- Musk hands over first 30 cars at German plant
- New orders from plant to be delivered from April
- 3,500 workers on site, to rise to 12,000
- Activists block plant entrance, motorway in protest
GRUENHEIDE, Germany, March 22 (Reuters) - Elon Musk was cheered as he oversaw the handover of Tesla's first German-made cars at its Gruenheide plant on Tuesday, marking the start of the U.S. automaker's inaugural European hub just two years after it was first announced.
Loud music played as 30 clients and their families got a first glimpse of their shining new vehicles through a glitzy, neon-lit Tesla branded tunnel, clapping and cheering as Tesla Chief Executive Musk danced and joked with fans.
"This is a great day for the factory," Musk said, describing it as "another step in the direction of a sustainable future".
Musk said that Tesla is likely to launch a test version of its new "Full Self-Driving" software in Europe, possibly next year depending on regulatory approval.
"It's quite difficult to do full self-driving in Europe," he told factory workers on Tuesday, saying much work needs to be done to handle tricky driving situations in Europe where roads vary a lot by country.
Although German Chancellor Olaf Scholz, who also attended the event, lauded the gigafactory as the future of the car industry, it has faced opposition and some environmental activists blocked the factory's entrance while displaying banners flagging its high water use.
Two protestors abseiled from a motorway sign near the factory, blocking traffic for hours after the event.
Musk had hoped to begin output from the factory eight months ago, but licensing delays and local concerns around the plant's environmental impact held up the process.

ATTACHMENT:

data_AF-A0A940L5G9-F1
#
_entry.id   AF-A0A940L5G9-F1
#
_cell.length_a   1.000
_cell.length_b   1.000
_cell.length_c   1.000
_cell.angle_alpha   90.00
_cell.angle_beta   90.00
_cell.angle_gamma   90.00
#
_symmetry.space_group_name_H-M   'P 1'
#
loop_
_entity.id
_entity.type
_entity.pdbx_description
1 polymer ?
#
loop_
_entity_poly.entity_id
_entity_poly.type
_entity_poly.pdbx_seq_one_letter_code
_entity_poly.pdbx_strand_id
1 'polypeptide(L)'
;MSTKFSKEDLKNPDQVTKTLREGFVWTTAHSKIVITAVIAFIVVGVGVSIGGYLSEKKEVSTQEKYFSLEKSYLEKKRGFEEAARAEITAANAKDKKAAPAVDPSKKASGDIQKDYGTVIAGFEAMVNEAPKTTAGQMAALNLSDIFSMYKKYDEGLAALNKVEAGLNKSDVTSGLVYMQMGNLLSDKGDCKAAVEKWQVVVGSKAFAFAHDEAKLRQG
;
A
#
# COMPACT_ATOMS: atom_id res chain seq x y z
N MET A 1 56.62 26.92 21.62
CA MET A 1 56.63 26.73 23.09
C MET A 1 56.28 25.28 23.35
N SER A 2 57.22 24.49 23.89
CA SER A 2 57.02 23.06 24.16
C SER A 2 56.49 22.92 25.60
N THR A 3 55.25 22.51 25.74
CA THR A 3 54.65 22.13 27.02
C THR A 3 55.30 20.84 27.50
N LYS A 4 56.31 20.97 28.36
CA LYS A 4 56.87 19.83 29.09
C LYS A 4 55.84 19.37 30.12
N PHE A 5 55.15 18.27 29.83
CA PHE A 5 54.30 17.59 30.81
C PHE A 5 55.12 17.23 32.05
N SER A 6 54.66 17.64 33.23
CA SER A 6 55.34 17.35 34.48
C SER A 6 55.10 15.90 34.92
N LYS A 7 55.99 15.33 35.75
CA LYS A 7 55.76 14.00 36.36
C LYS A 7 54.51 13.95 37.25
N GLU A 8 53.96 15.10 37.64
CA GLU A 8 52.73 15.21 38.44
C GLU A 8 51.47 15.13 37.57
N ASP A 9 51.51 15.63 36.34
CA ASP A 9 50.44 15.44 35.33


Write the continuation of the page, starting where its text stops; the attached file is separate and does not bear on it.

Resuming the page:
Tesla was forced to service European orders from Shanghai while it awaited its German licence, adding to rising logistics costs at a time when it was struggling with industry-wide chip shortages and other supply chain disruptions.
It got the final go-ahead from local authorities on March 4 to begin production in Germany, provided it met conditions ranging from its water use to air pollution controls.
The plant opening came on the same day as the top U.S. securities regulator urged a federal judge not to let Musk back out of an agreement requiring that his Twitter use be monitored.
Tesla shares ended up 7.9% at their highest level in more than two months on Tuesday.
RACE WITH VW
The new owners received the Model Y Performance configuration, a vehicle costing 63,990 euros ($70,500) with a 514 km (320 miles) range, Tesla said, adding that new orders from the plant could be delivered from April.
Tesla said that around 3,500 of the plant's expected 12,000 workers have been hired so far.
At full capacity, the plant will produce 500,000 cars a year, more than the 450,000 battery-electric vehicles that German rival Volkswagen sold globally in 2021.
It will also eventually generate 50 gigawatt hours (GWh) of battery power, surpassing all other plants in Germany. Tesla is expected to initially import batteries from China for its German-made Model Ys before it starts local battery production.
Musk said on Tuesday that battery production will be a "challenge" next year and will be "the limiting factor" in the coming years, as Tesla aims to aggressively boost vehicle production.
For now, Volkswagen still has the inside track in the race to electrify Europe's fleet, with a 25% market share to Tesla's 13%. Musk has said ramping up production would take longer than the two years it took to build the plant.
JPMorgan predicted Gruenheide would produce around 54,000 cars in 2022, increasing to 280,000 in 2023 and 500,000 by 2025.
Volkswagen, which has received 95,000 EV orders in Europe this year, is planning a new 2 billion euro EV factory alongside its existing facility in Wolfsburg and six battery plants across Europe.
But its timeline lags Tesla's, with the EV factory due to open in 2026 and the first battery plant in 2023.
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Reporting by Victoria Waldersee, Nadine Schimroszik, Additional reporting by Hyunjoo Jin; Editing by Alexander Smith, Jan Harvey and Richard Pullin